Automation and segregation can help you build better software
If you write automated tests and deliver them to the customer, he can make sure the software is working properly. And, at the end of the day, he paid for it.
Ok. We can segregate or separate the tests according to some criteria. For example, “white box” tests are used to measure the internal quality of the software, in addition to the expected results. They are very useful to know the percentage of lines of code executed, the cyclomatic complexity and several other software metrics. Unit tests are white box tests.
#testing #software testing #regression tests #unit tests #integration tests
The shift towards microservices and modular applications makes testing more important and more challenging at the same time. You have to make sure that the microservices running in containers perform well and as intended, but you can no longer rely on conventional testing strategies to get the job done.
This is where new testing approaches are needed. Testing your microservices applications require the right approach, a suitable set of tools, and immense attention to details. This article will guide you through the process of testing your microservices and talk about the challenges you will have to overcome along the way. Let’s get started, shall we?
Traditionally, testing a monolith application meant configuring a test environment and setting up all of the application components in a way that matched the production environment. It took time to set up the testing environment, and there were a lot of complexities around the process.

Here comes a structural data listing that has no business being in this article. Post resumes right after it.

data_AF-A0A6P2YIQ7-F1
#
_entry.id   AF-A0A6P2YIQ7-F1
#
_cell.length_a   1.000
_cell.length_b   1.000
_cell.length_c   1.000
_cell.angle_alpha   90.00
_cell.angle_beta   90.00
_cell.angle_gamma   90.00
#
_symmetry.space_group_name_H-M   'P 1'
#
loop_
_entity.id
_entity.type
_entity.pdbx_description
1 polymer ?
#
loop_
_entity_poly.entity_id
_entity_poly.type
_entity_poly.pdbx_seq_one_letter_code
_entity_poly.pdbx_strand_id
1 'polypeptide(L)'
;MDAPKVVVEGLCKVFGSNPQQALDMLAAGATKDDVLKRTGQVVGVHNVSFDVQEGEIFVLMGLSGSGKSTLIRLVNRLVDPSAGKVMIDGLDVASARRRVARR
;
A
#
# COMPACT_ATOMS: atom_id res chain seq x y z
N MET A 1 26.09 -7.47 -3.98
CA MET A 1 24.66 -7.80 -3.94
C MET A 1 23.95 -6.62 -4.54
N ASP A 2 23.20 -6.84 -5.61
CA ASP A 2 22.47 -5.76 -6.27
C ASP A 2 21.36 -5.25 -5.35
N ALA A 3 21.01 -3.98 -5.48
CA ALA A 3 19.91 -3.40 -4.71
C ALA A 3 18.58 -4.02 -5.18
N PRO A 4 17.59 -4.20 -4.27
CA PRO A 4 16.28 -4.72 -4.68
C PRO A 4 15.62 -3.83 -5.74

Testing also requires the application to run in full. It is not possible to test monolith apps on a per-component basis, mainly because there is usually a base code that ties everything together, and the app is designed to run as a complete app to work properly.
Microservices running in containers offer one particular advantage: universal compatibility. You don’t have to match the testing environment with the deployment architecture exactly, and you can get away with testing individual components rather than the full app in some situations.
Of course, you will have to embrace the new cloud-native approach across the pipeline. Rather than creating critical dependencies between microservices, you need to treat each one as a semi-independent module.
The only monolith or centralized portion of the application is the database, but this too is an easy challenge to overcome. As long as you have a persistent database running on your test environment, you can perform tests at any time.
Keep in mind that there are additional things to focus on when testing microservices.
Test containers are the method of choice for many developers. Unlike monolith apps, which lets you use stubs and mocks for testing, microservices need to be tested in test containers. Many CI/CD pipelines actually integrate production microservices as part of the testing process.
As mentioned before, there are many ways to test microservices effectively, but the one approach that developers now use reliably is contract testing. Loosely coupled microservices can be tested in an effective and efficient way using contract testing, mainly because this testing approach focuses on contracts; in other words, it focuses on how components or microservices communicate with each other.
Syntax and semantics construct how components communicate with each other. By defining syntax and semantics in a standardized way and testing microservices based on their ability to generate the right message formats and meet behavioral expectations, you can rest assured knowing that the microservices will behave as intended when deployed.
It is easy to fall into the trap of making testing microservices complicated, but there are ways to avoid this problem. Testing microservices doesn’t have to be complicated at all when you have the right strategy in place.
There are several ways to test microservices too, including: